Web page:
In all of these examples, we are using 4-byte integers so all copying of rvalues from one storage location to the other is done by copying 4 bytes. If we would have been using long integers, we would be copying 8 bytes.

Now, let's say that we have a reason for wanting a variable designed to hold an lvalue (an address). The size required to hold such a value depends on the system. It is usually 4 bytes. The actual size required is not too important as long as we have a way of informing the compiler that we want to store an address.

Such type of variable is called a pointer variable (for reasons which hopefully will become clearer a little later). In C, when we define a pointer variable, we do so by preceding its name with an asterisk. In C we also give our pointer a type which, in this case, refers to the type of data stored at the address we will be storing in our pointer. For example, consider the following variable declaration:

int *ptr;

ptr is the name of our variable (just as x, z and y were before). The '*' informs the compiler that we want a pointer variable, i.e. to set aside how many bytes are required to store an address in memory. The int says that we intend to use our pointer variable to store the address of an integer. Such a pointer is said to "point to" an integer. However, note that when we wrote int z; we did not give z a value. If this definition is made outside of any function, ANSI compliant compilers will initialise it to zero. Similarly, ptr has no value, that is, we haven't stored an address in it. In this case, again, if the declaration is outside of any function, it is initialised to a value in such a way that it is guaranteed to not point to any C variable or function. A pointer initialised in this manner is called a "null" pointer.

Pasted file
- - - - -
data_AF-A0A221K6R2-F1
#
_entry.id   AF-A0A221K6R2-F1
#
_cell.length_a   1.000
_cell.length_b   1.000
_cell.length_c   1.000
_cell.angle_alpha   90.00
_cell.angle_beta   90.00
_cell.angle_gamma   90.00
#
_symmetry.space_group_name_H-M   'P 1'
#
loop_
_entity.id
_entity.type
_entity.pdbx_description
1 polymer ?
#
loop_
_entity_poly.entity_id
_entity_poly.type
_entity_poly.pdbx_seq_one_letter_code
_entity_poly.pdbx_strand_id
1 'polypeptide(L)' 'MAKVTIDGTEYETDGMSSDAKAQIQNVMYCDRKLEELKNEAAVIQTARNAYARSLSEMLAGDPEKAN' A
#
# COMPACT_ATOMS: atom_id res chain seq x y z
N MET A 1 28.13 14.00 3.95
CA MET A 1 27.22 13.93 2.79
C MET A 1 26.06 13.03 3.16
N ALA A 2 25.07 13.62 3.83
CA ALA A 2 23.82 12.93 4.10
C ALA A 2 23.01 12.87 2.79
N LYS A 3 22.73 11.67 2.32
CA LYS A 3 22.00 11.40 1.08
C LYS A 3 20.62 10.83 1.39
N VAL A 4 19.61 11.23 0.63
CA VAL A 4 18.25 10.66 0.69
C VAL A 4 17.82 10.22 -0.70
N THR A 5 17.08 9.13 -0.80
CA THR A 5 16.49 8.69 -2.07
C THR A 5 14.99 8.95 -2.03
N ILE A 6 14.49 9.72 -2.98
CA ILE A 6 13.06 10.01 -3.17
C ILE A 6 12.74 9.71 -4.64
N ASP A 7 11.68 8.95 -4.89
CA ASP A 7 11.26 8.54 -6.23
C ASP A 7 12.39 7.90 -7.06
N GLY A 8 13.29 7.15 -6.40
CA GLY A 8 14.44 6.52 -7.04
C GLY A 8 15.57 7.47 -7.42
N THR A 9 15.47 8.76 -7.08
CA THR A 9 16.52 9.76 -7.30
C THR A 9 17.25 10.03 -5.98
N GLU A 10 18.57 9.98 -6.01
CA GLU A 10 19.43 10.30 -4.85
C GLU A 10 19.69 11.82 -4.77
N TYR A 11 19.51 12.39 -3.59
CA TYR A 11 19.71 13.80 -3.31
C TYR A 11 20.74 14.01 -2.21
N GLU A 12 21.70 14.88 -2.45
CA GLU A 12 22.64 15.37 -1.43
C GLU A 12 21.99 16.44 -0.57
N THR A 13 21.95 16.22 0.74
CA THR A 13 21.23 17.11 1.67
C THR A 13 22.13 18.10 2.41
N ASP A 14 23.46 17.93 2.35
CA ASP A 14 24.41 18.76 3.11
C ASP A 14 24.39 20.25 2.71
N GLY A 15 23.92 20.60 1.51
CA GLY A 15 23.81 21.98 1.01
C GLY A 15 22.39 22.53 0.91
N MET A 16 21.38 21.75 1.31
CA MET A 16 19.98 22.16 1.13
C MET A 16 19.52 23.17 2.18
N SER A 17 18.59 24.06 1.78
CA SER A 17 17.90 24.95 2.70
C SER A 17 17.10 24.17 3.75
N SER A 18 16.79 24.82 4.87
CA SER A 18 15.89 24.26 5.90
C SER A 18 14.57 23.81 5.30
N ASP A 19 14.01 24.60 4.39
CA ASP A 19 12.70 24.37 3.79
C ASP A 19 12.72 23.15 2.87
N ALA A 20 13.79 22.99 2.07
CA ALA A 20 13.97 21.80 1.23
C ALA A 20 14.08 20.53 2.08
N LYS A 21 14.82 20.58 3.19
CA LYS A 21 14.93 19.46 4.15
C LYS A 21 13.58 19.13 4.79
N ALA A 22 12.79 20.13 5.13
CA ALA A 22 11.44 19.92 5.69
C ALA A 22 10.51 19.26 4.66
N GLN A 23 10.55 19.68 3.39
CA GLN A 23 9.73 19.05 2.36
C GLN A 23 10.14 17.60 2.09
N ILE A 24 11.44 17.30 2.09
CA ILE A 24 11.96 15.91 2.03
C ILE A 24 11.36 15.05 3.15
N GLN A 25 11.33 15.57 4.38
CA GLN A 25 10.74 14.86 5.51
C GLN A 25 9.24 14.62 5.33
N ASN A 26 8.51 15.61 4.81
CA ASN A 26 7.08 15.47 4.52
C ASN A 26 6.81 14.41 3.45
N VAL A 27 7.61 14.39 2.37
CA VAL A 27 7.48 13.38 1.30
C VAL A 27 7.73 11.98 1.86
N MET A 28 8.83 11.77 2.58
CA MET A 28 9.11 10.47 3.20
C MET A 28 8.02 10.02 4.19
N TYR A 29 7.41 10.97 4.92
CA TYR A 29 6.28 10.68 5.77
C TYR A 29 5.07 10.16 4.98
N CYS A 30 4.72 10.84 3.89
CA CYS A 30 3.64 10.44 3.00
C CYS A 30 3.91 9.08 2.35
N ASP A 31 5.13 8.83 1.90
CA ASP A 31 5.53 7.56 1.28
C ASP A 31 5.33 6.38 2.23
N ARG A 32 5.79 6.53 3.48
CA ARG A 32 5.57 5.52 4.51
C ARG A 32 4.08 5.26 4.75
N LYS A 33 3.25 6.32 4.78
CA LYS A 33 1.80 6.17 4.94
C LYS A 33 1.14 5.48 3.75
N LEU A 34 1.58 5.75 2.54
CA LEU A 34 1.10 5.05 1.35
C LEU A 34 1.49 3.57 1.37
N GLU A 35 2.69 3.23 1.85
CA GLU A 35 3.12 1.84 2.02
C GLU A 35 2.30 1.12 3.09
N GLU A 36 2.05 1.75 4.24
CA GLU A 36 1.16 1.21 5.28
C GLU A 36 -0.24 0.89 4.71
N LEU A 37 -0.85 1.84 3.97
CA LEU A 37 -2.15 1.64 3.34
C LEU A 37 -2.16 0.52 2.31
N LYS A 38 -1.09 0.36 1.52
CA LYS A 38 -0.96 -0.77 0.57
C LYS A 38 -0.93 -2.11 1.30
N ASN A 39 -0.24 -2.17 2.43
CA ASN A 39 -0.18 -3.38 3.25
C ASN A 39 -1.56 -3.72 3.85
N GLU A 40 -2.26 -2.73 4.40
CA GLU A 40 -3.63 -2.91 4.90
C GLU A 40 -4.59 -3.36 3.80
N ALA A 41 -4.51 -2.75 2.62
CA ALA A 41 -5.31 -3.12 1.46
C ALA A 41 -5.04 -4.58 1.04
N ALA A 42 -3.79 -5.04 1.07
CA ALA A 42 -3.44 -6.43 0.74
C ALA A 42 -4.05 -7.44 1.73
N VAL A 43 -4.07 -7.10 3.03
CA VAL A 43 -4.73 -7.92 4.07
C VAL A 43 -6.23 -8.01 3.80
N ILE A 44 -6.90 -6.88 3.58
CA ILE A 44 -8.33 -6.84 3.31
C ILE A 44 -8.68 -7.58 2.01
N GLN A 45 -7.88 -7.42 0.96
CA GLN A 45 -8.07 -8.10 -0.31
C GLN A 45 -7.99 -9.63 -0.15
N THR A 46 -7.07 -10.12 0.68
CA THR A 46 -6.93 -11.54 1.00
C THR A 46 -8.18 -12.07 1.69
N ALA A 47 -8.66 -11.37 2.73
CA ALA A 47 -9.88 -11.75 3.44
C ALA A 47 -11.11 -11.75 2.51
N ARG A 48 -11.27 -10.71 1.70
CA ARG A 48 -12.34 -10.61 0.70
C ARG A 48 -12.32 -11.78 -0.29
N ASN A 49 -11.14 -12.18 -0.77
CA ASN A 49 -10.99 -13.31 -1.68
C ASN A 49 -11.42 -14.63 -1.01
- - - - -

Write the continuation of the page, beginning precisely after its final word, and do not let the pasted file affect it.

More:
The actual bit pattern used for a null pointer may or may not evaluate to zero as it depends on the specific system on which the code is developed. To make source code compatible between various compilers and various systems, a macro is used to represent a null pointer. That macro goes under the name NULL. Thus, setting the value of a pointer using the NULL macro, as with an assignment such as ptr = NULL, guarantees that the pointer has become a null pointer. Similarly, just as we can test for an integer value of zero, as in if (x == 0), we can test for a null pointer using if (ptr == NULL).

But, back to using our new variable ptr. Suppose now that we want to store in ptr address of our integer value x. To do this, we have to use the unary & operator and write:

ptr = &x;

What the & operator does is retrieve the lvalue (address) of x, even though x is on the right-hand side of the assignment operator '=', and copies that to the contents of our pointer ptr. Now, ptr is said to "point to" x. Now, there is only one more operator we need to discuss.

The "dereferencing operator" is the asterisk and it is used as follows:

*ptr = 7;